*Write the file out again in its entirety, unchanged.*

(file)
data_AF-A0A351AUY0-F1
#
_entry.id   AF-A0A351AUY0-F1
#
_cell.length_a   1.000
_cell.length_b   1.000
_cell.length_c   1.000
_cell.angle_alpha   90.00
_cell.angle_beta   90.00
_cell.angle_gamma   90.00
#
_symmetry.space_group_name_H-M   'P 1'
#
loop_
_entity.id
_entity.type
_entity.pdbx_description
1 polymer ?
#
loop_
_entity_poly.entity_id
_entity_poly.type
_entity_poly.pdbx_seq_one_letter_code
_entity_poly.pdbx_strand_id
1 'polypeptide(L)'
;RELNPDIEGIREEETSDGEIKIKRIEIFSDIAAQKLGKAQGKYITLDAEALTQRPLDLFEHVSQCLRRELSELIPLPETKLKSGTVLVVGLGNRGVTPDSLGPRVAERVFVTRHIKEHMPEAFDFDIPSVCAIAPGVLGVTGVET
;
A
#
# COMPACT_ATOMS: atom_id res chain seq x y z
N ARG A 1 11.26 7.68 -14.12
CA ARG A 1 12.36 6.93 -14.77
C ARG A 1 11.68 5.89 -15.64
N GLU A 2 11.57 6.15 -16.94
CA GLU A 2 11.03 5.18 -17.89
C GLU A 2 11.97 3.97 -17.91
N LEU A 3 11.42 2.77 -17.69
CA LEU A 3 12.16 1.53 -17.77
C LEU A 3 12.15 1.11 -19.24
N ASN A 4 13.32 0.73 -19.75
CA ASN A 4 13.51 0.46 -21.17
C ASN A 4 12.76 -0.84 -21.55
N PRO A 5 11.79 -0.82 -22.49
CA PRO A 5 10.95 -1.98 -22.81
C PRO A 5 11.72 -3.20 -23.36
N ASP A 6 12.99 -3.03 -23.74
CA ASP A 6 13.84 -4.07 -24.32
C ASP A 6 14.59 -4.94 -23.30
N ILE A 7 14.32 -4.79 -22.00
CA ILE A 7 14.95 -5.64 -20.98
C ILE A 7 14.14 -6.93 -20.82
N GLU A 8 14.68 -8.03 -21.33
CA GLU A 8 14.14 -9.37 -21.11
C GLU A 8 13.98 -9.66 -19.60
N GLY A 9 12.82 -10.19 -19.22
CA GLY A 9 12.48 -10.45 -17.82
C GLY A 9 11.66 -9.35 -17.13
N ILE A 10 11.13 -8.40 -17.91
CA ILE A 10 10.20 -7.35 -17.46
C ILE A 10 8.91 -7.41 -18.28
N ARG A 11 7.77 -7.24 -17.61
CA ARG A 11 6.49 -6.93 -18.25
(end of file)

data_AF-A0A351AUY0-F1
#
_entry.id   AF-A0A351AUY0-F1
#
_cell.length_a   1.000
_cell.length_b   1.000
_cell.length_c   1.000
_cell.angle_alpha   90.00
_cell.angle_beta   90.00
_cell.angle_gamma   90.00
#
_symmetry.space_group_name_H-M   'P 1'
#
loop_
_entity.id
_entity.type
_entity.pdbx_description
1 polymer ?
#
loop_
_entity_poly.entity_id
_entity_poly.type
_entity_poly.pdbx_seq_one_letter_code
_entity_poly.pdbx_strand_id
1 'polypeptide(L)'
;RELNPDIEGIREEETSDGEIKIKRIEIFSDIAAQKLGKAQGKYITLDAEALTQRPLDLFEHVSQCLRRELSELIPLPETKLKSGTVLVVGLGNRGVTPDSLGPRVAERVFVTRHIKEHMPEAFDFDIPSVCAIAPGVLGVTGVET
;
A
#
# COMPACT_ATOMS: atom_id res chain seq x y z
N ARG A 1 11.26 7.68 -14.12
CA ARG A 1 12.36 6.93 -14.77
C ARG A 1 11.68 5.89 -15.64
N GLU A 2 11.57 6.15 -16.94
CA GLU A 2 11.03 5.18 -17.89
C GLU A 2 11.97 3.97 -17.91
N LEU A 3 11.42 2.77 -17.69
CA LEU A 3 12.16 1.53 -17.77
C LEU A 3 12.15 1.11 -19.24
N ASN A 4 13.32 0.73 -19.75
CA ASN A 4 13.51 0.46 -21.17
C ASN A 4 12.76 -0.84 -21.55
N PRO A 5 11.79 -0.82 -22.49
CA PRO A 5 10.95 -1.98 -22.81
C PRO A 5 11.72 -3.20 -23.36
N ASP A 6 12.99 -3.03 -23.74
CA ASP A 6 13.84 -4.07 -24.32
C ASP A 6 14.59 -4.94 -23.30
N ILE A 7 14.32 -4.79 -22.00
CA ILE A 7 14.95 -5.64 -20.98
C ILE A 7 14.14 -6.93 -20.82
N GLU A 8 14.68 -8.03 -21.33
CA GLU A 8 14.14 -9.37 -21.11
C GLU A 8 13.98 -9.66 -19.60
N GLY A 9 12.82 -10.19 -19.22
CA GLY A 9 12.48 -10.45 -17.82
C GLY A 9 11.66 -9.35 -17.13
N ILE A 10 11.13 -8.40 -17.91
CA ILE A 10 10.20 -7.35 -17.46
C ILE A 10 8.91 -7.41 -18.28
N ARG A 11 7.77 -7.24 -17.61
CA ARG A 11 6.49 -6.93 -18.25